(Above: Vulcanite dentures with gold inlay, ca. 1880)
Before the 1850s, dentures were made out of very hard, very painful and very expensive material, like gold or ivory. They were a luxury item. The invention of Vulcanite hard rubber changed everything. It was moldable, it could be precisely fitted, and it was relatively cheap. Everyone began making dentures with Vulcanite bases. But in 1864, a long disputed patent application, originally filed in 1852, was awarded and then acquired by the Goodyear Dental Vulcanite Company. It was an outfit created to collect fees, or very often, sue dentists who already used vulcanite, and there were plenty of dentists to go after.
The person in charge of pursuing the violators was Josiah Bacon, the treasurer of the Goodyear Dental Vulcanite Company. The patent was enforced with extreme prejudice, despite the protestations of the US dental profession.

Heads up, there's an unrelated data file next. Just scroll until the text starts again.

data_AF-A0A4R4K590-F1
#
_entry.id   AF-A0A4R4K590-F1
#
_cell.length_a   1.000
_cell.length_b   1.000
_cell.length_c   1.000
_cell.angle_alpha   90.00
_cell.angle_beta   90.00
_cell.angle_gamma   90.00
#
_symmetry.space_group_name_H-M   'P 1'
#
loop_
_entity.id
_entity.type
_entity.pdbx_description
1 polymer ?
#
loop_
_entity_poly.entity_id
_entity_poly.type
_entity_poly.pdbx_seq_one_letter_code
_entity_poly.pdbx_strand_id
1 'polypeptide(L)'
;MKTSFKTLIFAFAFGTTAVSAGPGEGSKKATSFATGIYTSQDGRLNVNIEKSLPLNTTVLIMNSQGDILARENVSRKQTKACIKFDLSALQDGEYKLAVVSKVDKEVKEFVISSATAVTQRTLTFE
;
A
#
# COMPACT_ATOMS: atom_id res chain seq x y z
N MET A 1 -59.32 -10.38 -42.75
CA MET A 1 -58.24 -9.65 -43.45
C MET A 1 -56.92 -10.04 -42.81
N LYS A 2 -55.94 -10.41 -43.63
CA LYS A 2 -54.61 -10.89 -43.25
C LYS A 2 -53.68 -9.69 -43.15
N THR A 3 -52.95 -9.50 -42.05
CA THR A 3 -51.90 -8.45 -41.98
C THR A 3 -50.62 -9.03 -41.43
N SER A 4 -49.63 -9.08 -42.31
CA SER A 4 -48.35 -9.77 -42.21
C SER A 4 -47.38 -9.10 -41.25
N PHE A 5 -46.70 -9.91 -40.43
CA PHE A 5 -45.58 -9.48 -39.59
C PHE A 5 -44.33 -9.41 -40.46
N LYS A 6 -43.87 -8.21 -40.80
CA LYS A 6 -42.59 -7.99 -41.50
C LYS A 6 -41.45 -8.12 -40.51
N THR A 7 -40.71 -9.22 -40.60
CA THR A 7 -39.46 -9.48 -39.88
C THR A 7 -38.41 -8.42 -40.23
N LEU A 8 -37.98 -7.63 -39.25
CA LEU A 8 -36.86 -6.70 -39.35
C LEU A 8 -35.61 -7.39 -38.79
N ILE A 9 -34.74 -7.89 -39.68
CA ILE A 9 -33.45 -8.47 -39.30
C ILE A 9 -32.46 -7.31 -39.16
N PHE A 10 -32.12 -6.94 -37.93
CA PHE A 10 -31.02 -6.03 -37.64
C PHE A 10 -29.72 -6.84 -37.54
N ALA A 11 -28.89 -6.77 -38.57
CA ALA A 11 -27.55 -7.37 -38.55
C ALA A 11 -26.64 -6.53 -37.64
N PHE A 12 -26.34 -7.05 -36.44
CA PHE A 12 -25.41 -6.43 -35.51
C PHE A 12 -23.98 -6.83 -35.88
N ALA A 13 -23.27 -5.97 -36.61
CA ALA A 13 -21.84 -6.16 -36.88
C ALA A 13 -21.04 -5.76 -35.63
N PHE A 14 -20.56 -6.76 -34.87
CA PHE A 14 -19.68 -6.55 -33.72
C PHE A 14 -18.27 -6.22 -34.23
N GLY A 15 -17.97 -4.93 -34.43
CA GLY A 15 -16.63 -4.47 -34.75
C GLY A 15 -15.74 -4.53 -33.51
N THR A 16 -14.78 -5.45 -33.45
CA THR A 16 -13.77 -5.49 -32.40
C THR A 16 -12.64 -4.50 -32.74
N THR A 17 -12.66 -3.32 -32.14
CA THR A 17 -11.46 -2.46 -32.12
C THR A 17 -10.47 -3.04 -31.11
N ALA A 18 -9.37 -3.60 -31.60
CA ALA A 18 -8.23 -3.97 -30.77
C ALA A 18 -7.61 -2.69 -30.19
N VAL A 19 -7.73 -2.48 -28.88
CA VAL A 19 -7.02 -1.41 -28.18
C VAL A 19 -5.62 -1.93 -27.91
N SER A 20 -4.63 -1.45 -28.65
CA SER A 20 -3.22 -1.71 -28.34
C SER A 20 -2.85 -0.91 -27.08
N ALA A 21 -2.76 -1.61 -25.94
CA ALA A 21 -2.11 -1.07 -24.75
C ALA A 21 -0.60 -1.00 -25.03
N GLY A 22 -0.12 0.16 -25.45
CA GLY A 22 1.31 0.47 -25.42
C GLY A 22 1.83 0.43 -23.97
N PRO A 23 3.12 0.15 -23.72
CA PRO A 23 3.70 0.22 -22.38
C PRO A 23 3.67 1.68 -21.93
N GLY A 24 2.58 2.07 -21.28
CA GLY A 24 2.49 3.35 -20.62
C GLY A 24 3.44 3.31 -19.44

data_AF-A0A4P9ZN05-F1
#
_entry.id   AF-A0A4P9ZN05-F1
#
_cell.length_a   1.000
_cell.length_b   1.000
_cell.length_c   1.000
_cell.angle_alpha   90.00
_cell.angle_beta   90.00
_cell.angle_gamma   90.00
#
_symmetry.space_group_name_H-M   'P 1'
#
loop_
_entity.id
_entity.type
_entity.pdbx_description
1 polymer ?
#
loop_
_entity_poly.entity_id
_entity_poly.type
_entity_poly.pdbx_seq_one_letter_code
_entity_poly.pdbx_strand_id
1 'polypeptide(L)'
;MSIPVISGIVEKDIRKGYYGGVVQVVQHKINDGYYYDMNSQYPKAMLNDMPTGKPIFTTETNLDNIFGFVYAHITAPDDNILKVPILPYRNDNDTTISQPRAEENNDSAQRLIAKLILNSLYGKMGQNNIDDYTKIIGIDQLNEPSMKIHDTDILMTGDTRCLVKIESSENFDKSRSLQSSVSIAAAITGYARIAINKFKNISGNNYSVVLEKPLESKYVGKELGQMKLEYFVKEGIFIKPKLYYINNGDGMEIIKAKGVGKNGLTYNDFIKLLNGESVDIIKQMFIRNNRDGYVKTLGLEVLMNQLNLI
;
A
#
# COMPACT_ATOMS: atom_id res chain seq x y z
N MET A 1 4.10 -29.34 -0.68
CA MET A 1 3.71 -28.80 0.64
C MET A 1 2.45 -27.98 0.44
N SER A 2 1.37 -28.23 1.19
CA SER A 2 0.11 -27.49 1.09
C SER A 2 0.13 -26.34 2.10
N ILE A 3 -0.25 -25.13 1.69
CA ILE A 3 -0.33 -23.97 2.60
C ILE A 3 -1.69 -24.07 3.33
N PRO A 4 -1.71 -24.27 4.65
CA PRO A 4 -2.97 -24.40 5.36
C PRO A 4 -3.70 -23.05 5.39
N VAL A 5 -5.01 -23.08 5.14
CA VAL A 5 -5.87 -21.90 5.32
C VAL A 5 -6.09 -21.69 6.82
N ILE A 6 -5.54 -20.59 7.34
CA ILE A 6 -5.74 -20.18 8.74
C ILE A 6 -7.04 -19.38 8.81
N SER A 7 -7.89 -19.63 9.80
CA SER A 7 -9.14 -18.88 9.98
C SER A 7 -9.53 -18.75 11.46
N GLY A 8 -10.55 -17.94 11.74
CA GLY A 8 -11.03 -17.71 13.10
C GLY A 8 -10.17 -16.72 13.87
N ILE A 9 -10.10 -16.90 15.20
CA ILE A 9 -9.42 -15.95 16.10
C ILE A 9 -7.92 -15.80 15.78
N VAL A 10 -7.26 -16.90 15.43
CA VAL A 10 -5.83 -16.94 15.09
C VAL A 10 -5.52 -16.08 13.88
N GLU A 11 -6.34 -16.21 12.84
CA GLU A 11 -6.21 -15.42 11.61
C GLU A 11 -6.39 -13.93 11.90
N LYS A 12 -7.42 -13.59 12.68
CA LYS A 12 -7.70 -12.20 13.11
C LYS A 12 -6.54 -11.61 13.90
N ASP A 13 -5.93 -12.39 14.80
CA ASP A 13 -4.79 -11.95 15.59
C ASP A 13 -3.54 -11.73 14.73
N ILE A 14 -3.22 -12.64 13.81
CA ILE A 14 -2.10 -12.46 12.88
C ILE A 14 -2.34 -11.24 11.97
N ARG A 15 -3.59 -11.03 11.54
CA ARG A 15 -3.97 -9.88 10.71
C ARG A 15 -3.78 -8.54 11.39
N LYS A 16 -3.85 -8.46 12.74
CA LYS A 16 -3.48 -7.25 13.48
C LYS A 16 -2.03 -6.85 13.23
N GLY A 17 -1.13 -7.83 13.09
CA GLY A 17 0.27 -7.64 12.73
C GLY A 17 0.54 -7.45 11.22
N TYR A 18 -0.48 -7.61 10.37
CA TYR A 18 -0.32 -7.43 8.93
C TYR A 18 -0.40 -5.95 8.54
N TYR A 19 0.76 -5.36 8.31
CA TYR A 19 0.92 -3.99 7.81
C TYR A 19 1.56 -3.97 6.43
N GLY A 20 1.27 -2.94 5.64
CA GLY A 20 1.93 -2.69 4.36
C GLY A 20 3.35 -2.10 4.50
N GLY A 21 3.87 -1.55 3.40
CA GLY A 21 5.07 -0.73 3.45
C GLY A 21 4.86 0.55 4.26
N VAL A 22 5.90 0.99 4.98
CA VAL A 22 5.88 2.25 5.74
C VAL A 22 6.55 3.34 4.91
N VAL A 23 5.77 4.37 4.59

To quote the secretary of the Goodyear Dental Vulcanite Company, Ernest Caduc: “Many dentists…relying upon the secret nature of the business, prefer to steal this property rather than buy it…”
It all came to a head on Easter Sunday in 1879. A Vulcanite denture patent violating dentist named Samuel Chalfant went to settle his business with his pursuer, Josiah Bacon, in his San Francisco hotel room. Chalfant brought a gun.
This American Life #441: “When Patents Attack!”